The legal community was collectively astonished last week when Paul Manafort received a roughly four-year sentence for serious financial crimes in federal court. The judge, T.S. Ellis, had already made his contempt for the case clear, and many court watchers expected something relatively mild. But most court-watchers found the sentence Ellis imposed to be shocking: it was about one-fifth of the minimum time set forth in federal sentencing guidelines. In fact, it was even less than the time recommended by Manafort’s own lawyers.

How Much Power Do Judges Have in the Courtroom?

Judge Ellis has referred to himself in his courtroom as “a Caesar in my own Rome.” That is in no doubt true. In fact, Ellis’s conduct duringManafort’s trial and sentencing reveal just how much power judges have over their courtrooms. As everyone knows, judges are supposed to follow the law and the rules of court. Even so, they have enormous leeway over the conduct of trials, the handling of information sharing (discovery) before trial, and many other critical elements of court cases.

While juries decide the facts in jury trials, judges still have considerable power over those trials. Judges control what evidence jurors get to see, and they also can shape a jury’s perception of the lawyers for each side. In fact, the writing was on the wall for Manafort’s sentencing during the trial which preceded it. Judge Ellis chastised prosecutors repeatedly and had to admit to the jury that he was wrong to do so after one particularly egregious outburst.

Judge Ellis also made the astonishing statement at sentencing that influence peddler Manafort – who stands convicted of tax and bank fraud in the millions of dollars, along with separate crimes being handled by a different federal judge – has “lived an otherwise blameless life.” Once again, however, Ellis had the legal discretion to reach this conclusion, whether others agree with it or not. That is just one example of why he is truly Caesar in his own Rome.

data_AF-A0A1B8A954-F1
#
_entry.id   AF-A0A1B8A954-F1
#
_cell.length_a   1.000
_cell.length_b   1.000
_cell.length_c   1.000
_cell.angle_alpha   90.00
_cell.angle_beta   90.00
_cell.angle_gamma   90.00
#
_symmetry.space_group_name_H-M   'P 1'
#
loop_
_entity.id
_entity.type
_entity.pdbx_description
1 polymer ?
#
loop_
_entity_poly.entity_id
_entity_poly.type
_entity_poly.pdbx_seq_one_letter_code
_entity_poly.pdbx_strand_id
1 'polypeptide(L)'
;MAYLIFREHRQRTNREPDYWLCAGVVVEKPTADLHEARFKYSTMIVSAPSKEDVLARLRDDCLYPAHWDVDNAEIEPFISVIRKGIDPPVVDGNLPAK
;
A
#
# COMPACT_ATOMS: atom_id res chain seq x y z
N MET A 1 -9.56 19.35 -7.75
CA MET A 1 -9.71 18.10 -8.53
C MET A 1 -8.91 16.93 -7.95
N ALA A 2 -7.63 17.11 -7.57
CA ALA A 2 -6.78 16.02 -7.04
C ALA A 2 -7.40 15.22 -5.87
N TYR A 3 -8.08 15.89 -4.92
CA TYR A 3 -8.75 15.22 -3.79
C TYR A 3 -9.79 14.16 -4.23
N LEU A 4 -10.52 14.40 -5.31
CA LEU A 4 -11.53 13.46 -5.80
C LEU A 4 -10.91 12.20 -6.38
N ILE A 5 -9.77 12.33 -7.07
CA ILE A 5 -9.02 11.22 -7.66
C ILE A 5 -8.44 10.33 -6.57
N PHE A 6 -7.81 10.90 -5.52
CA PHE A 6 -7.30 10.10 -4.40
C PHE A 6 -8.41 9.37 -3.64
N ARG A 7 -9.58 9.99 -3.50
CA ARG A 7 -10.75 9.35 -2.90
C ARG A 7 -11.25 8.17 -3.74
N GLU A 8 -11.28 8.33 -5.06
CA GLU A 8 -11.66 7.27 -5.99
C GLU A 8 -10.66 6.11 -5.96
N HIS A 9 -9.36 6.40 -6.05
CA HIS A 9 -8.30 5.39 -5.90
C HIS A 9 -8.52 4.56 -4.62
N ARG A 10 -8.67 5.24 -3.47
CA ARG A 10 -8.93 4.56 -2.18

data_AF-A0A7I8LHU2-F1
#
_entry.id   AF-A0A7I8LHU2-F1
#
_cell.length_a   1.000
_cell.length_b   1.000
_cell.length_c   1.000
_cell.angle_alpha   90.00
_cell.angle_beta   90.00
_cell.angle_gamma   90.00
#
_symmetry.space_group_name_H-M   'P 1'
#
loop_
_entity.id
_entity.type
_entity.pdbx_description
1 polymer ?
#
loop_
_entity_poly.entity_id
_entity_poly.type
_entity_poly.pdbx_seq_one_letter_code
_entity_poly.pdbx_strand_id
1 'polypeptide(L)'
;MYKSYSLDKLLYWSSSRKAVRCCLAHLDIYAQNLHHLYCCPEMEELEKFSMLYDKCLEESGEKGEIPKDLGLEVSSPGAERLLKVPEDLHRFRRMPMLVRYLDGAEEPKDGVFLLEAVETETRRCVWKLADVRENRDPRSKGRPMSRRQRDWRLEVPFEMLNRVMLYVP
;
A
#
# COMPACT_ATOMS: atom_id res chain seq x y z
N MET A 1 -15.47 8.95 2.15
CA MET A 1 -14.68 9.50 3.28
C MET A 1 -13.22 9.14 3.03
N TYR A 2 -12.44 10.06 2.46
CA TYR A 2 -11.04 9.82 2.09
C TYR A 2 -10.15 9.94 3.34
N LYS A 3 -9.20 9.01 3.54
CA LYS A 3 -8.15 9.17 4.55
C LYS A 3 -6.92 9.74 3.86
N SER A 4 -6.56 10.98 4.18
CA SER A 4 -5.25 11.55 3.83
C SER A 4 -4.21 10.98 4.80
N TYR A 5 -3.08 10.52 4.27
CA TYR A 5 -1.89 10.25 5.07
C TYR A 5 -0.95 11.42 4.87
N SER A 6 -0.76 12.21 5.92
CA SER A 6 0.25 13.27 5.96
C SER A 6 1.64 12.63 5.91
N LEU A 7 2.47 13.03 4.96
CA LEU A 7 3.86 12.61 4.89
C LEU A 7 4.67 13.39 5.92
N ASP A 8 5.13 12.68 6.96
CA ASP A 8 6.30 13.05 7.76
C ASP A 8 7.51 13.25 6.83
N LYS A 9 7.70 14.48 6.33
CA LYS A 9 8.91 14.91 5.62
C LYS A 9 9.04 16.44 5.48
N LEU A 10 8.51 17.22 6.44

The Importance of Getting on the Judge’s Good Side

Lawyers understand fully the power judges hold. Many –ourselves included – make it a priority to stay on the good side of any judge we see at the courthouse. Without going outside the law, the fact is that a judge can make life miserable for a lawyer who’s on his or her bad side. Wise attorneys do their best to keep a cordial relationship with trial judges, even when they are required to disagree about a ruling or other issue. Conversely, good judges don’t take it personally when lawyers ask them to reconsider important rulings or respectfully disagree in other ways.

Proper Screening of Judges is Critical

The fact that judges wield such power makes it critical that they be screened properly for the job. That’s why federal judges like Judge Ellis, who are appointed for life and supposed to be immune from the political winds, are required to be nominated by the President and confirmed by the Senate before they take the bench. This appointment process is a critical part of the checks and balances within our system of government.

There is a different vetting process for our state court judges in Florida, but it is just as important.

Florida judges also have broad discretion to control their dockets and courtrooms. They can still influence a case profoundly through their rulings on pretrial motions and evidence. Just as in federal court, experience and maturity are critical attributes for anyone who dons the black robe.

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